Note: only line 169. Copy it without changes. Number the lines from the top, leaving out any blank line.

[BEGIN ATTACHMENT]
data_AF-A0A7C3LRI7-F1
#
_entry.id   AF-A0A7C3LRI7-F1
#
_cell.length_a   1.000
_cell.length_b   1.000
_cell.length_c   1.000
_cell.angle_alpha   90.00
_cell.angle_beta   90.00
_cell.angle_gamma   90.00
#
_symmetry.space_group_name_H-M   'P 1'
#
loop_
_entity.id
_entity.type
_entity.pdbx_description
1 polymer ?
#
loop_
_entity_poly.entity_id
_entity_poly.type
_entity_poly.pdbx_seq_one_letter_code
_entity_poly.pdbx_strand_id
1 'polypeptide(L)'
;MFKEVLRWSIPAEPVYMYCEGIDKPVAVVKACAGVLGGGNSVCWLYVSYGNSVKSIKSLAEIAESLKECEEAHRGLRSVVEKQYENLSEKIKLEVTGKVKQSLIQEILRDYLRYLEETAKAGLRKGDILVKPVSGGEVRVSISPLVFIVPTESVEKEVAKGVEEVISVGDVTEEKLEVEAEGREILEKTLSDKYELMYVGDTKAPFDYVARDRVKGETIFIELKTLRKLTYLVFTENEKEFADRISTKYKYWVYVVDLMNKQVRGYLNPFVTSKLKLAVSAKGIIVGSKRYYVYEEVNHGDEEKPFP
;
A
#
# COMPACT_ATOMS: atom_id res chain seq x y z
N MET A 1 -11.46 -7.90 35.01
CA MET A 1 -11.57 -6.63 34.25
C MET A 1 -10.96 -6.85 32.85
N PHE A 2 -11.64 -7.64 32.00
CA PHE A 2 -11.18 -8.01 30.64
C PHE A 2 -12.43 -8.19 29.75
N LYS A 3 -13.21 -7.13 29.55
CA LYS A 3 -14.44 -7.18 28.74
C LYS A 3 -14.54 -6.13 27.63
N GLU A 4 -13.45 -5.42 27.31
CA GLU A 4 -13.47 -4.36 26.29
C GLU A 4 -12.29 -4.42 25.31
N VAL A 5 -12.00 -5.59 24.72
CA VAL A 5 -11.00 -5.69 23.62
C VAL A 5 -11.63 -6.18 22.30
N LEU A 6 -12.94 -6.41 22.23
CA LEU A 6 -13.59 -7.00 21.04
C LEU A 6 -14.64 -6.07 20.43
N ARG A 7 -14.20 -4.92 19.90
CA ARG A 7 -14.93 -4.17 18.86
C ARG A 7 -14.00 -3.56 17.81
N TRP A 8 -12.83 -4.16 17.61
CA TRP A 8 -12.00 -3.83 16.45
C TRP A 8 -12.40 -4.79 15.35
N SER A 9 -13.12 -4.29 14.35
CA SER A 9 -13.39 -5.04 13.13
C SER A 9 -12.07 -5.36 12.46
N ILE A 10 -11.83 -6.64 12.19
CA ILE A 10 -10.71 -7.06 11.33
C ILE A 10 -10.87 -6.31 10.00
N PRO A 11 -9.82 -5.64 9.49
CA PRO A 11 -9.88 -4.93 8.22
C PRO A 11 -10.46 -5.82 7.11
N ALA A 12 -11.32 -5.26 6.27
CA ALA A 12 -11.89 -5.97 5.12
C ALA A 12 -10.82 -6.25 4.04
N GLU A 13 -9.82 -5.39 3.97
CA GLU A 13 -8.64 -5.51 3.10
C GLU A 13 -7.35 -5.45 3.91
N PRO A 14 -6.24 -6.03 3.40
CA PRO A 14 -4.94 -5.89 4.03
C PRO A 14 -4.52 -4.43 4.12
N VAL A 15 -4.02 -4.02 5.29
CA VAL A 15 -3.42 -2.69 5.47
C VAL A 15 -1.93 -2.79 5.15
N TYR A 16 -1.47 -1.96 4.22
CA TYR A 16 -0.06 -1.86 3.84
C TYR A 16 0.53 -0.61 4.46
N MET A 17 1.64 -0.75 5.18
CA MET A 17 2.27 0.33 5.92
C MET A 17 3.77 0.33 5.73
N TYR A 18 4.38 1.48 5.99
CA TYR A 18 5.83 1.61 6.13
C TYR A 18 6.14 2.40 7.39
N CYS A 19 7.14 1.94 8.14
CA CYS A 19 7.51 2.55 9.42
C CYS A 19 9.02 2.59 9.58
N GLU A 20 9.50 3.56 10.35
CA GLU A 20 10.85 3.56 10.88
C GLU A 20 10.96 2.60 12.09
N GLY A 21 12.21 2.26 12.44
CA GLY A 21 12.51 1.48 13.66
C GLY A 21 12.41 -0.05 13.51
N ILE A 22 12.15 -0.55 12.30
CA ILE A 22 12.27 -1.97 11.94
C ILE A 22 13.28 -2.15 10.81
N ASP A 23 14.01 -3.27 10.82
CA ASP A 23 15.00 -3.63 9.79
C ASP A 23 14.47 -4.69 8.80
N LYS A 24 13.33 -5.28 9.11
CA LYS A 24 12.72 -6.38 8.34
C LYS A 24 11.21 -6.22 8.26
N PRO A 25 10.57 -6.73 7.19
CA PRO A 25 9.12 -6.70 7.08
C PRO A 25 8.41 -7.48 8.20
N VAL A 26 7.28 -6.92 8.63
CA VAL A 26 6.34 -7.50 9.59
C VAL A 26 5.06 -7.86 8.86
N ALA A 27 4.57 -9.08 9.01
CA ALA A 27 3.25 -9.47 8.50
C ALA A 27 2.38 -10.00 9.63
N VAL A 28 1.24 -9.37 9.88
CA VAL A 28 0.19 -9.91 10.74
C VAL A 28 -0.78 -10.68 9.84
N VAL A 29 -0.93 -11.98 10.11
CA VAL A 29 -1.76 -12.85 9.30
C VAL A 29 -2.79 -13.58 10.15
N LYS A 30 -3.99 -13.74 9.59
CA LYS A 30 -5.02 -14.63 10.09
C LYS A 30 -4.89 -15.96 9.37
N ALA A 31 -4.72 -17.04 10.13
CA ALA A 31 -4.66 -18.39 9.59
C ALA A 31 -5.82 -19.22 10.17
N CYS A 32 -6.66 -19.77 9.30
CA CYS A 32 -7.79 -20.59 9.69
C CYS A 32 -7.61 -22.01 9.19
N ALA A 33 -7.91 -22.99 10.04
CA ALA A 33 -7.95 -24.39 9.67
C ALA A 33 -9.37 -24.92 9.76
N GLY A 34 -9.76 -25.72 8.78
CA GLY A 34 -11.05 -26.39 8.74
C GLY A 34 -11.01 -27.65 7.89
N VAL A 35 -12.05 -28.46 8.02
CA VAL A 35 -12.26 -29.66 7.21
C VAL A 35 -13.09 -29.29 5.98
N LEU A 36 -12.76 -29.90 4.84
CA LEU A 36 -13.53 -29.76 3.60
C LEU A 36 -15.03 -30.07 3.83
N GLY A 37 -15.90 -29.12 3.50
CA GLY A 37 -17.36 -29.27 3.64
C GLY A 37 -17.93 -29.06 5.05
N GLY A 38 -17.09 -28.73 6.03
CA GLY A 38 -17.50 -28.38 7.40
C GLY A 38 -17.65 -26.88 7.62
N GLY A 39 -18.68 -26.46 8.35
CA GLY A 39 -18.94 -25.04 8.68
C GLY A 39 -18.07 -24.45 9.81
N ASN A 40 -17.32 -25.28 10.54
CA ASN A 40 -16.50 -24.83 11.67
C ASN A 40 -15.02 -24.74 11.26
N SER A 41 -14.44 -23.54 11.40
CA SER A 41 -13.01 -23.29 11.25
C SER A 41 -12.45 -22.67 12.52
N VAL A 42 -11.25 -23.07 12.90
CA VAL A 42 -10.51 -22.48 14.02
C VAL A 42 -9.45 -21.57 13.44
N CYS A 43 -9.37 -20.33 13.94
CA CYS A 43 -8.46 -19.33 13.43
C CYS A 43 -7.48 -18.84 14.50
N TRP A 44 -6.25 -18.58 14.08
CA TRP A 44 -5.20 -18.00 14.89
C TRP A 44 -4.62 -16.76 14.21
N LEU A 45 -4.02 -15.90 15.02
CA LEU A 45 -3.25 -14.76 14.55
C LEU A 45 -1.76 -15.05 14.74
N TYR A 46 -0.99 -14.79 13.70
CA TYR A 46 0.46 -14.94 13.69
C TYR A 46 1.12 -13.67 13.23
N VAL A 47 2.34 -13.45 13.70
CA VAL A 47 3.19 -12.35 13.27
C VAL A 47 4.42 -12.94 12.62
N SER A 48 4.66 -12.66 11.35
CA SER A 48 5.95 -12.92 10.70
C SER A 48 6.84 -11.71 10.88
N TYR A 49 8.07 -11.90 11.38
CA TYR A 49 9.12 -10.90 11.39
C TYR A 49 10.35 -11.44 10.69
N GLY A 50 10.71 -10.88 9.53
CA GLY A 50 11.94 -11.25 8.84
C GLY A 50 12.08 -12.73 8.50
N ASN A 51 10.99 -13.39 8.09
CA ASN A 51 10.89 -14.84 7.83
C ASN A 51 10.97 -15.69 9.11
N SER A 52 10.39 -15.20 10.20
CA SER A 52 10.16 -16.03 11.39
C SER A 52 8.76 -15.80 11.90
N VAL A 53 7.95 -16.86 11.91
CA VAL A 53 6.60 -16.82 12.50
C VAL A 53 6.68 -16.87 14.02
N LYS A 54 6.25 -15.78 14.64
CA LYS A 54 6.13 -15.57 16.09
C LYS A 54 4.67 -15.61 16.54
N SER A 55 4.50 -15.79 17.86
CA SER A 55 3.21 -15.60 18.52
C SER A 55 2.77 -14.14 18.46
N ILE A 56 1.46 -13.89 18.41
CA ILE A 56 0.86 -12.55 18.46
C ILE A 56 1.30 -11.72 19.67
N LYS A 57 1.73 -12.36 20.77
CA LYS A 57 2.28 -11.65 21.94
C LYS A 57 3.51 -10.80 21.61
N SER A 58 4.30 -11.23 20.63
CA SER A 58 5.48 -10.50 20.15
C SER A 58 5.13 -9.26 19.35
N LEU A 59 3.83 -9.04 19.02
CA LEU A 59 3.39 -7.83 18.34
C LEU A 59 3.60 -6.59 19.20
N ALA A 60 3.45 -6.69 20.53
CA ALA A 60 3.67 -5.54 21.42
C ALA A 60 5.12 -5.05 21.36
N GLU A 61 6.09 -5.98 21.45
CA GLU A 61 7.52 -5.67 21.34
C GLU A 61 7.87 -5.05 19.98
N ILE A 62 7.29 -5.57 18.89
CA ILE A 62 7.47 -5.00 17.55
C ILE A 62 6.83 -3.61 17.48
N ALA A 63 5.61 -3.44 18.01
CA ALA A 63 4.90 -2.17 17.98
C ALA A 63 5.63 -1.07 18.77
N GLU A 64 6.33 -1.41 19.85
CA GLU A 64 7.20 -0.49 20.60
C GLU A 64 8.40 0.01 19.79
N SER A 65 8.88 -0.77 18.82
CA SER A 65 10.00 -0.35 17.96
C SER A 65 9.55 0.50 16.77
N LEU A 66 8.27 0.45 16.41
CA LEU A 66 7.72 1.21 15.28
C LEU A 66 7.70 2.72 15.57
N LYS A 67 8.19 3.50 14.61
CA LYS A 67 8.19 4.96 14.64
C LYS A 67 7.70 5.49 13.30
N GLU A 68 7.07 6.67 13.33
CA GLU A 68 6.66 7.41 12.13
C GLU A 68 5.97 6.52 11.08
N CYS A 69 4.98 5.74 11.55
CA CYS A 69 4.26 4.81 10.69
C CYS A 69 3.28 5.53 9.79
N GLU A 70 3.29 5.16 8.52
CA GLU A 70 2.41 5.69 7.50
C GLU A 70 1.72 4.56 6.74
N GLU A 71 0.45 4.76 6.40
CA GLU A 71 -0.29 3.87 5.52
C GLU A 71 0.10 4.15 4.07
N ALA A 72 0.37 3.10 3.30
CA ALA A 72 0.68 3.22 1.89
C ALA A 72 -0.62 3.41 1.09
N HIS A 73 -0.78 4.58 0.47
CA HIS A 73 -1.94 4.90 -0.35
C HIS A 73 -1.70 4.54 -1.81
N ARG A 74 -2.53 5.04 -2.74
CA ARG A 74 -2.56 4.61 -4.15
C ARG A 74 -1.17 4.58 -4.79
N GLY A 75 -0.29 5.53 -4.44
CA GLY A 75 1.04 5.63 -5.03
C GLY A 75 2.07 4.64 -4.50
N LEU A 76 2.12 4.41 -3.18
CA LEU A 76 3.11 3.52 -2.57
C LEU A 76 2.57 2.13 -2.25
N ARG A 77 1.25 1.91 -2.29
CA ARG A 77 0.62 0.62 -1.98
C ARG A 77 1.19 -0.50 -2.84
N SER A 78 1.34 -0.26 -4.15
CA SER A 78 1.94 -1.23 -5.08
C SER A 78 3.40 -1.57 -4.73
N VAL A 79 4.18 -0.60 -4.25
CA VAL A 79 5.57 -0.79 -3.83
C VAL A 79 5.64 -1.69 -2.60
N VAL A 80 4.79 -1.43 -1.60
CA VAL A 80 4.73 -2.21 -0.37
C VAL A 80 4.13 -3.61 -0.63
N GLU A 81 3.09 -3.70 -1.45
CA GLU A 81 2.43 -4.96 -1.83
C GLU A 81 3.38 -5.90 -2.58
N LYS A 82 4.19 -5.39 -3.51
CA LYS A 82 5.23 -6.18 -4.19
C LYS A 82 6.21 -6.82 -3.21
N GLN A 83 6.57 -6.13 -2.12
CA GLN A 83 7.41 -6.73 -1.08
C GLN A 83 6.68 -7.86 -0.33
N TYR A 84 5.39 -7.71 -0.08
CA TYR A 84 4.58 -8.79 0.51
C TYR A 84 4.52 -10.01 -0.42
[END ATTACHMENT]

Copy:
N VAL A 47 2.34 -13.45 13.70